It can be difficult capturing 4th and 5th graders attention after school when they have just been let out of class and they frantically "need" to discuss what happened that day with a peer. I recently shared a game that we play, Bridge Ball, after school to release some positive energy. We circle up at the beginning of our routine but capturing their attention to tell a couple of announcements and the rules of the game can be a struggle sometimes. Again, we understand, they have a lot of energy but some announcements are in place for their safety and the smoothness of the classroom routine so they get the most out of their day. We began using a timer early on in the school year for the days that they are having a particularly hard time calming down or showing respect to the teacher by being attentive and quiet.
It is very simple but has become extremely effective for our 4th and 5th graders. We inform them that if they can't calm down, we will have to do a Quiet Minute, after which we can say announcements and play the game.
A minute might not seem long but when you have to sit still without uttering a word or a giggle it is an eternity to an elementary age student. If I hear chatter or excessive giggles the timer starts over. They hate that part and encourage their classmates to be quiet because they know they can't play the game until they are ready and respectful. Sometimes just the slight mention that we might have to do the Quiet Minute will get their attention they immediately begin to follow classroom rules.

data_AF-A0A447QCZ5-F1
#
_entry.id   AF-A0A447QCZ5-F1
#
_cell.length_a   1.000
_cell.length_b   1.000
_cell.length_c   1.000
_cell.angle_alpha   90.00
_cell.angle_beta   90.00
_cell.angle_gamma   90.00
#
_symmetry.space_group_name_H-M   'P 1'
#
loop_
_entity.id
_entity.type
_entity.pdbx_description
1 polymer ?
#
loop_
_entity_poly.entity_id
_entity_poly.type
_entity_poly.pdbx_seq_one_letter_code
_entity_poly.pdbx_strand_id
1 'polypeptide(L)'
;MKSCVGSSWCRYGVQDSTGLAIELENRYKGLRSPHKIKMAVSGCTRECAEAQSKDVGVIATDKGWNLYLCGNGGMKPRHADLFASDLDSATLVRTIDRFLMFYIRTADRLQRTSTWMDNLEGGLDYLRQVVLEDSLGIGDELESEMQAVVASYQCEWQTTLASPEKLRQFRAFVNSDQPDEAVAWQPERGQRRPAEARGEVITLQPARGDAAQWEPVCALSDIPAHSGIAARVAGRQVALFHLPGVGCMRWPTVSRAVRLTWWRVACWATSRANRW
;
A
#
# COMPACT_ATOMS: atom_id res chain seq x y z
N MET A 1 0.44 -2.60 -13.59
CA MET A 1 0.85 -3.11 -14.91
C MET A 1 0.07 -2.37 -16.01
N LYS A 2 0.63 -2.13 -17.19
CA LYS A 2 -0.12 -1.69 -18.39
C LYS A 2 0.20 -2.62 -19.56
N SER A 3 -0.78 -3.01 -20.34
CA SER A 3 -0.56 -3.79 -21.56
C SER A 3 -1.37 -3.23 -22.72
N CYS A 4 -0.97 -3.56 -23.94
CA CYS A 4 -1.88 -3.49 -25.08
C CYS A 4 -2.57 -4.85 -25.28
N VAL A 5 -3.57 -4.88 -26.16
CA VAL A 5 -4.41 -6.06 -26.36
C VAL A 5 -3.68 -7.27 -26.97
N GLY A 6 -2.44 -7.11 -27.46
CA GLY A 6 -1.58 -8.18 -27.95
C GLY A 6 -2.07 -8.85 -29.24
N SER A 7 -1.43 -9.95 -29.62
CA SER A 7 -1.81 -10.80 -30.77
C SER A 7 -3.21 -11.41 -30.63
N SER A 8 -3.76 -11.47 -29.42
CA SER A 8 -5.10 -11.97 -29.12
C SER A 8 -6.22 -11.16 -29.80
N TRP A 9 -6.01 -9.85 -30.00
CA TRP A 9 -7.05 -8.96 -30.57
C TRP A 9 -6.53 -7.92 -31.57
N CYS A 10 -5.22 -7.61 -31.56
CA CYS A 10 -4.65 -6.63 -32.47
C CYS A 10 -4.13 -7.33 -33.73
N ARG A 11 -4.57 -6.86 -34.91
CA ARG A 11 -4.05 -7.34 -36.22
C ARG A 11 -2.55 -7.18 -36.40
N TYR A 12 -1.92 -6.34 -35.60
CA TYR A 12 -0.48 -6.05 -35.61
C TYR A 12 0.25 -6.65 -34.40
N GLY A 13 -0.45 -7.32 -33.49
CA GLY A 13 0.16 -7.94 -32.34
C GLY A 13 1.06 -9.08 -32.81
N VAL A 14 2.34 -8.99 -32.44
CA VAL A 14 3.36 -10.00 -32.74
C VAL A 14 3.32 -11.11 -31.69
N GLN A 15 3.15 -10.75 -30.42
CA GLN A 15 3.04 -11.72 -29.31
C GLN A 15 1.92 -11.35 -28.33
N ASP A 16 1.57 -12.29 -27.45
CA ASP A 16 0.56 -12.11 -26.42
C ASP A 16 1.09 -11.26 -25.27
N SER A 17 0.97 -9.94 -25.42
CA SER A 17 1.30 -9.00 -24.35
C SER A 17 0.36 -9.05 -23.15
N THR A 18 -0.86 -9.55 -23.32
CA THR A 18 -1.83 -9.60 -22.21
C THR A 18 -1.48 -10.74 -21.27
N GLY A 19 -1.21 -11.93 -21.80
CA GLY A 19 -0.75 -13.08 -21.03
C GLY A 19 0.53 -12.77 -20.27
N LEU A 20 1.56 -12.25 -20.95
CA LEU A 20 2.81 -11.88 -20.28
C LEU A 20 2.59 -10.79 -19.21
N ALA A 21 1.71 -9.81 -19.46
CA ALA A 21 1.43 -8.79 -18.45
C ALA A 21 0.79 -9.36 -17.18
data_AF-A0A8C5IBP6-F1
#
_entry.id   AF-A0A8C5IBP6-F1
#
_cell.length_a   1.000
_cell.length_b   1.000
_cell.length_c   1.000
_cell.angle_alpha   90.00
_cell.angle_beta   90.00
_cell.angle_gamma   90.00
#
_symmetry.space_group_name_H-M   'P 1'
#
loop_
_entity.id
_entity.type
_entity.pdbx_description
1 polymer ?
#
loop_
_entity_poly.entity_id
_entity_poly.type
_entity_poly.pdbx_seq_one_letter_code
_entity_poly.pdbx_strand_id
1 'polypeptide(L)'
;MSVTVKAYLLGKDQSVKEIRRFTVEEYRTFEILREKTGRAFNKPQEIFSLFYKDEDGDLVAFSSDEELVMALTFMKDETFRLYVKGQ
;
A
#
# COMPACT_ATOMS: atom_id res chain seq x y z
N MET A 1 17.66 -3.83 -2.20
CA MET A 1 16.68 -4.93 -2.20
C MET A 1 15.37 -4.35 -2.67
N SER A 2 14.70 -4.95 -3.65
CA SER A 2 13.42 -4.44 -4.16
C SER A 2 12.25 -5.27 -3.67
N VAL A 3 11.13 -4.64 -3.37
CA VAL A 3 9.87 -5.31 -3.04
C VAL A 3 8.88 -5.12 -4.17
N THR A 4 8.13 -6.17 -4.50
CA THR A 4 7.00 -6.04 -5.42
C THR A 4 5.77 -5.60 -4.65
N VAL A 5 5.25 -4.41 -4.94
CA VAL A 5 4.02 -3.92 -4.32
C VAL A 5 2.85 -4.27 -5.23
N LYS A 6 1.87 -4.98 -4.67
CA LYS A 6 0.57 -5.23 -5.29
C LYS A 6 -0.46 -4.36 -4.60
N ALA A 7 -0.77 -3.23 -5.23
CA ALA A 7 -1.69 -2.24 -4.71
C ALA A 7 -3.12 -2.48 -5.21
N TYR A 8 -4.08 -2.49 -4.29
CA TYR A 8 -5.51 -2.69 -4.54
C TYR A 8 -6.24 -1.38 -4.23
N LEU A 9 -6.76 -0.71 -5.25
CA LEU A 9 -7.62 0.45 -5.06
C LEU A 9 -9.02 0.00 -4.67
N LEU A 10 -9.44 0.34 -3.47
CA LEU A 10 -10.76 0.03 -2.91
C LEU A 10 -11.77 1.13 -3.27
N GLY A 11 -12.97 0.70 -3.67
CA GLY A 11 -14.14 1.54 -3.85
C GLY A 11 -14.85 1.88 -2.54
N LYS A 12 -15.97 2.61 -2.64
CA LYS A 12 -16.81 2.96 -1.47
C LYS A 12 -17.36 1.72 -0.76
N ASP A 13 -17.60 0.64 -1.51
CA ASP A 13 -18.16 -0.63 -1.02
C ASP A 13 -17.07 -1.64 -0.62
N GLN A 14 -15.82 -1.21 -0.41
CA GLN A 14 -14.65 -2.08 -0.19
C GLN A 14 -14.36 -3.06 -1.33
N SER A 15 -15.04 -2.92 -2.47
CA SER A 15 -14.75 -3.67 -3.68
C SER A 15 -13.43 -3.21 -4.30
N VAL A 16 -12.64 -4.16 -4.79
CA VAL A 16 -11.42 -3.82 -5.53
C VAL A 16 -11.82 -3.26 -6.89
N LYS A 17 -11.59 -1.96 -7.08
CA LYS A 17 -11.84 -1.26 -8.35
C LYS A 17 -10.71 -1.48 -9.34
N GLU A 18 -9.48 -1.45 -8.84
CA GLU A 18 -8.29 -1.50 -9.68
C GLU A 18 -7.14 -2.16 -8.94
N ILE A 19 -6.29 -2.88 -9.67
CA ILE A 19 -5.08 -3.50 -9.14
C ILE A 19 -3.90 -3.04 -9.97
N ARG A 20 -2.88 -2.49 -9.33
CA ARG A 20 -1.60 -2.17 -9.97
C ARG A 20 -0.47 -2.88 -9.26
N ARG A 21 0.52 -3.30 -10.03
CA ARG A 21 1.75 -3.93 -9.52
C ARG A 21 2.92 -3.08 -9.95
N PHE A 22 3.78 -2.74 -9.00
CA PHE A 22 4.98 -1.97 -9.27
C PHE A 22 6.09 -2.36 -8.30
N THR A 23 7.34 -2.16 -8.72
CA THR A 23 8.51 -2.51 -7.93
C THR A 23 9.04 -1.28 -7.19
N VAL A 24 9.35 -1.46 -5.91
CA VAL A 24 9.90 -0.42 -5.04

If they have a question or a remark, hands must be raised and called on before their comment can be acknowledged in the group. We hope we are encouraging in them a respect for one another and their teachers as well.
Quiet Minute was not an easy thing to introduce in the beginning and the students really didn't take it seriously until one day when they lost most of their recreation time due to not being able to control themselves. So if you are an educator hoping to implement this into your classroom remember that it might take a few times before they understand how serious it is that they are listening and being respectful.